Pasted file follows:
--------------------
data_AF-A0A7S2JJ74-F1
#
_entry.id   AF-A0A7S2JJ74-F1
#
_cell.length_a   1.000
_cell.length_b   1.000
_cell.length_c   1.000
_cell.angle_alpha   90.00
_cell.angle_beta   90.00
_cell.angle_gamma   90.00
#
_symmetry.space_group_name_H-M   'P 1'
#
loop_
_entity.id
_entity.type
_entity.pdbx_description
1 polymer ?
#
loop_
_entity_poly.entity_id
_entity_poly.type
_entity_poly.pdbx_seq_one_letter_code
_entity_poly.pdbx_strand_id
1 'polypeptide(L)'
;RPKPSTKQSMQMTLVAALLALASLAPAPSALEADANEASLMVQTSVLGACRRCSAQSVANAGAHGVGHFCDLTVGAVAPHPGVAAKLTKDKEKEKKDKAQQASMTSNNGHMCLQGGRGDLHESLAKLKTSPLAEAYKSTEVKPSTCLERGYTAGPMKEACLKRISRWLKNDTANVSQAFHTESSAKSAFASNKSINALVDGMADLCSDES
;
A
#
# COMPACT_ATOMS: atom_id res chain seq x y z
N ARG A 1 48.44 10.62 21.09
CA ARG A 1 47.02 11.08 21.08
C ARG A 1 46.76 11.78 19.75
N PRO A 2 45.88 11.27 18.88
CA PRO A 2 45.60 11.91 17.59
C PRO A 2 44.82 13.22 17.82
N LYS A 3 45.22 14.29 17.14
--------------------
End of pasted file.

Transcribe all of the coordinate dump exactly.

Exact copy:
data_AF-A0A7S2JJ74-F1
#
_entry.id   AF-A0A7S2JJ74-F1
#
_cell.length_a   1.000
_cell.length_b   1.000
_cell.length_c   1.000
_cell.angle_alpha   90.00
_cell.angle_beta   90.00
_cell.angle_gamma   90.00
#
_symmetry.space_group_name_H-M   'P 1'
#
loop_
_entity.id
_entity.type
_entity.pdbx_description
1 polymer ?
#
loop_
_entity_poly.entity_id
_entity_poly.type
_entity_poly.pdbx_seq_one_letter_code
_entity_poly.pdbx_strand_id
1 'polypeptide(L)'
;RPKPSTKQSMQMTLVAALLALASLAPAPSALEADANEASLMVQTSVLGACRRCSAQSVANAGAHGVGHFCDLTVGAVAPHPGVAAKLTKDKEKEKKDKAQQASMTSNNGHMCLQGGRGDLHESLAKLKTSPLAEAYKSTEVKPSTCLERGYTAGPMKEACLKRISRWLKNDTANVSQAFHTESSAKSAFASNKSINALVDGMADLCSDES
;
A
#
# COMPACT_ATOMS: atom_id res chain seq x y z
N ARG A 1 48.44 10.62 21.09
CA ARG A 1 47.02 11.08 21.08
C ARG A 1 46.76 11.78 19.75
N PRO A 2 45.88 11.27 18.88
CA PRO A 2 45.60 11.91 17.59
C PRO A 2 44.82 13.22 17.82
N LYS A 3 45.22 14.29 17.14